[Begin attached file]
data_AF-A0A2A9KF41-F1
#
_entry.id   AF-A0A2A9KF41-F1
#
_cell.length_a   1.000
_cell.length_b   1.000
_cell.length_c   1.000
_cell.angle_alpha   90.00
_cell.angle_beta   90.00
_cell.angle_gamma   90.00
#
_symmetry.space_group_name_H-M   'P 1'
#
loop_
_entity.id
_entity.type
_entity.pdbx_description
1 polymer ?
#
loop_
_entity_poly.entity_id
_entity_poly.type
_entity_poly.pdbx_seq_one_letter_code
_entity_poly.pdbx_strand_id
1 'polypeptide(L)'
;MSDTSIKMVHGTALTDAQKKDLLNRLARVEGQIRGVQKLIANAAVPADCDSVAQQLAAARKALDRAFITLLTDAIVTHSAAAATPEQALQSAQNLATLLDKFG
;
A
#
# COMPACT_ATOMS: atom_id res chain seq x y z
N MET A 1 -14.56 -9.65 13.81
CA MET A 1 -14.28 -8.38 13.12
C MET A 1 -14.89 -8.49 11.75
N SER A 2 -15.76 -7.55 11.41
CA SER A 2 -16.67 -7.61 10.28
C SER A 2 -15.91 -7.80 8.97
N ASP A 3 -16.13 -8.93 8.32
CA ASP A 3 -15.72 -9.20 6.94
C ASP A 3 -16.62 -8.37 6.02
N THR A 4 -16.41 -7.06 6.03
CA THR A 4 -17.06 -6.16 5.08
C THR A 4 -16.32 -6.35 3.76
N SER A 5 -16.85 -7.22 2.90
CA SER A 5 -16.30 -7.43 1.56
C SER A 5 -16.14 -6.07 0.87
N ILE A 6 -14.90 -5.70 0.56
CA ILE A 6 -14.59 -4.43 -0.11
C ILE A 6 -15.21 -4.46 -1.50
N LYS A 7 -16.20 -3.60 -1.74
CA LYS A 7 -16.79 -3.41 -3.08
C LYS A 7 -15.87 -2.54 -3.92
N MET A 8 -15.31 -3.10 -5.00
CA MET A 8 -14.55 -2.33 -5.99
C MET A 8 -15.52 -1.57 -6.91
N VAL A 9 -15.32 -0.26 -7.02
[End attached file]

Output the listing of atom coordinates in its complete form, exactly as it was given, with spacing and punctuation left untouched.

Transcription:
data_AF-A0A2A9KF41-F1
#
_entry.id   AF-A0A2A9KF41-F1
#
_cell.length_a   1.000
_cell.length_b   1.000
_cell.length_c   1.000
_cell.angle_alpha   90.00
_cell.angle_beta   90.00
_cell.angle_gamma   90.00
#
_symmetry.space_group_name_H-M   'P 1'
#
loop_
_entity.id
_entity.type
_entity.pdbx_description
1 polymer ?
#
loop_
_entity_poly.entity_id
_entity_poly.type
_entity_poly.pdbx_seq_one_letter_code
_entity_poly.pdbx_strand_id
1 'polypeptide(L)'
;MSDTSIKMVHGTALTDAQKKDLLNRLARVEGQIRGVQKLIANAAVPADCDSVAQQLAAARKALDRAFITLLTDAIVTHSAAAATPEQALQSAQNLATLLDKFG
;
A
#
# COMPACT_ATOMS: atom_id res chain seq x y z
N MET A 1 -14.56 -9.65 13.81
CA MET A 1 -14.28 -8.38 13.12
C MET A 1 -14.89 -8.49 11.75
N SER A 2 -15.76 -7.55 11.41
CA SER A 2 -16.67 -7.61 10.28
C SER A 2 -15.91 -7.80 8.97
N ASP A 3 -16.13 -8.93 8.32
CA ASP A 3 -15.72 -9.20 6.94
C ASP A 3 -16.62 -8.37 6.02
N THR A 4 -16.41 -7.06 6.03
CA THR A 4 -17.06 -6.16 5.08
C THR A 4 -16.32 -6.35 3.76
N SER A 5 -16.85 -7.22 2.90
CA SER A 5 -16.30 -7.43 1.56
C SER A 5 -16.14 -6.07 0.87
N ILE A 6 -14.90 -5.70 0.56
CA ILE A 6 -14.59 -4.43 -0.11
C ILE A 6 -15.21 -4.46 -1.50
N LYS A 7 -16.20 -3.60 -1.74
CA LYS A 7 -16.79 -3.41 -3.08
C LYS A 7 -15.87 -2.54 -3.92
N MET A 8 -15.31 -3.10 -5.00
CA MET A 8 -14.55 -2.33 -5.99
C MET A 8 -15.52 -1.57 -6.91
N VAL A 9 -15.32 -0.26 -7.02